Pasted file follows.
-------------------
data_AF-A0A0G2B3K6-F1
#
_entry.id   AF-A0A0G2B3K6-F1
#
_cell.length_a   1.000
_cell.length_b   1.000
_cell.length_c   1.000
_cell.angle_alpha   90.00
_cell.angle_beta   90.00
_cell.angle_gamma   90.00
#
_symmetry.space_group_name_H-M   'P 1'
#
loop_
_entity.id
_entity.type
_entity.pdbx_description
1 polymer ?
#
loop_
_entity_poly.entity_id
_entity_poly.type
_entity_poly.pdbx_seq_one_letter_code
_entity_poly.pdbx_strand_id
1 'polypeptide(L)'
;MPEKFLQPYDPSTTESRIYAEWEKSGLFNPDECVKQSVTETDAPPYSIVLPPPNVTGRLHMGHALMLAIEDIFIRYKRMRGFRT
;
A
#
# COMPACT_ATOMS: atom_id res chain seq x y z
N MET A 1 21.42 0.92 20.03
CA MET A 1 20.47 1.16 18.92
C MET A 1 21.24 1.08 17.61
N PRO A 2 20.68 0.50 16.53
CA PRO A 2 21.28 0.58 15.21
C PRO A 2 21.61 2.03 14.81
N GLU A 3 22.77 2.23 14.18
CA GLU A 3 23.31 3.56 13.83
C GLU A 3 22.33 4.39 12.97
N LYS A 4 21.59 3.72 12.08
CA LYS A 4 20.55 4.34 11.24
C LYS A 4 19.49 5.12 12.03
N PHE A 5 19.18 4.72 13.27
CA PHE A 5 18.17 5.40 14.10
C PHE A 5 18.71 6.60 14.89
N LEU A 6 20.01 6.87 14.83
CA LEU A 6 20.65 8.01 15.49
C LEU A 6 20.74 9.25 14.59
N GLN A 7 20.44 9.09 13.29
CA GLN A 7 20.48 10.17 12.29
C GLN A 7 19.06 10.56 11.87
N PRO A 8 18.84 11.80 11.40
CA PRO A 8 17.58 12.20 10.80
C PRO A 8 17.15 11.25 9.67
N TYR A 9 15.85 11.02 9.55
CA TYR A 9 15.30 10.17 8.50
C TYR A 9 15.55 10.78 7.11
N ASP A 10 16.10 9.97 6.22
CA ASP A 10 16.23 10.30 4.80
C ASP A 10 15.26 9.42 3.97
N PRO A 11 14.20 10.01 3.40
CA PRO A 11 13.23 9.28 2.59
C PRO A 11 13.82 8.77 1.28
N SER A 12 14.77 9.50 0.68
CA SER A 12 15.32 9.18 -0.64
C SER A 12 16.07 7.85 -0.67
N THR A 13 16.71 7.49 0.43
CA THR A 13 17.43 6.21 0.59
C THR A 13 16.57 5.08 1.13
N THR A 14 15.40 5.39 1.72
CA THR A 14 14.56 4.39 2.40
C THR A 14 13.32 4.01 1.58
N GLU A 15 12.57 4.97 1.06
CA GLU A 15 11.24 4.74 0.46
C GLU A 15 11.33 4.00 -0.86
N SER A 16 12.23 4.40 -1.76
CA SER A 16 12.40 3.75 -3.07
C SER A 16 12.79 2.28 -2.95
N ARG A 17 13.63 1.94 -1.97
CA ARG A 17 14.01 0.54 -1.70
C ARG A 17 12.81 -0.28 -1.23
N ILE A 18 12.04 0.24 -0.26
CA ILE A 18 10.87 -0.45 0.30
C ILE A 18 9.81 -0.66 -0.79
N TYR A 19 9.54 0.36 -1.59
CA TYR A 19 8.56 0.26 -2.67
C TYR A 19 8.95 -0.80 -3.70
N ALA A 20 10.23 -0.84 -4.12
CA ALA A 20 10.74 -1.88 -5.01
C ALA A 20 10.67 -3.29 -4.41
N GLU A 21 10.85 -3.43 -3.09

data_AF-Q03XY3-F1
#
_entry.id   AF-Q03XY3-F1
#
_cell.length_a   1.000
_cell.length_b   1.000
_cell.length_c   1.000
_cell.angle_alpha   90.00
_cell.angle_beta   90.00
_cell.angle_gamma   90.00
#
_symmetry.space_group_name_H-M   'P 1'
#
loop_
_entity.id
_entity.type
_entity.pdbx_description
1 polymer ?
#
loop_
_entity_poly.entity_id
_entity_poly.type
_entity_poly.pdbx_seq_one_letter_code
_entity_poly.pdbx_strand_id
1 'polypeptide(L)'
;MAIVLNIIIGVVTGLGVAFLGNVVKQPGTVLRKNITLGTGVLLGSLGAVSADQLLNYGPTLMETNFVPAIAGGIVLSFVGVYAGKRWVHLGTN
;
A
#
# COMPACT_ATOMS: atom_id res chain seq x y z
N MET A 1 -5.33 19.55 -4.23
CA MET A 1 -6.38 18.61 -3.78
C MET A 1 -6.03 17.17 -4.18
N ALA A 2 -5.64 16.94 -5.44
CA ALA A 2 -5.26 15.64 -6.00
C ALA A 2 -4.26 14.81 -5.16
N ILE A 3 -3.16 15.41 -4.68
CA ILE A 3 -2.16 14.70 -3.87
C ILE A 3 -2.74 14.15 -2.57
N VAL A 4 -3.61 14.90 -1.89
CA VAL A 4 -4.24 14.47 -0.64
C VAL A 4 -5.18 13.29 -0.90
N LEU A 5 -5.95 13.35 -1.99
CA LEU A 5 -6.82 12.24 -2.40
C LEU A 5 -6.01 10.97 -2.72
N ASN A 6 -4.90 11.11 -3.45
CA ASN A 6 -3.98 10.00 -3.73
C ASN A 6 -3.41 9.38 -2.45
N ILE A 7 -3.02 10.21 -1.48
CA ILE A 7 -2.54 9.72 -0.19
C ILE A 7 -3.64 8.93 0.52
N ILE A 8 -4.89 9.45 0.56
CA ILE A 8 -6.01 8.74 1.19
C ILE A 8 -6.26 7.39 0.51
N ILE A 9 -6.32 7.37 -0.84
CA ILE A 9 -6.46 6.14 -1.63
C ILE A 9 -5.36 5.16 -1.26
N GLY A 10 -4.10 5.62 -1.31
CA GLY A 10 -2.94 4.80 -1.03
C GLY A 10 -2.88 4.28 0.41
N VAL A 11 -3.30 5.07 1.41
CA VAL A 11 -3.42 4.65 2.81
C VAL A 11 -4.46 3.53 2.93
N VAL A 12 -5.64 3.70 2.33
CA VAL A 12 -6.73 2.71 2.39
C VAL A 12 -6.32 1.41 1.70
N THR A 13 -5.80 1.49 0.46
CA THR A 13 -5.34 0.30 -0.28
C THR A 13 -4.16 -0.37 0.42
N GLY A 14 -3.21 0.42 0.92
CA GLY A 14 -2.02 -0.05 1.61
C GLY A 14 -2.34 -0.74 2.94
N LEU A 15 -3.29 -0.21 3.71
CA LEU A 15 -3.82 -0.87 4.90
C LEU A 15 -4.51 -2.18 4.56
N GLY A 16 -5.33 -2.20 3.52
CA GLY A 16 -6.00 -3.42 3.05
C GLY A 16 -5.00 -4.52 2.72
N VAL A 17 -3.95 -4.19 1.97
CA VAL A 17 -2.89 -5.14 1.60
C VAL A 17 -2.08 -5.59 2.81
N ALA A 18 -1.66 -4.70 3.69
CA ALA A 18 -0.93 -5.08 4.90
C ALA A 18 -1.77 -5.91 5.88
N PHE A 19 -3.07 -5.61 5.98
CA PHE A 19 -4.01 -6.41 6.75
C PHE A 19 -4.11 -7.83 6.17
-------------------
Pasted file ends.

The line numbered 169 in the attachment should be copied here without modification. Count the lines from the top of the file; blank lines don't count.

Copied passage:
C GLY A 16 -5.00 -4.52 2.72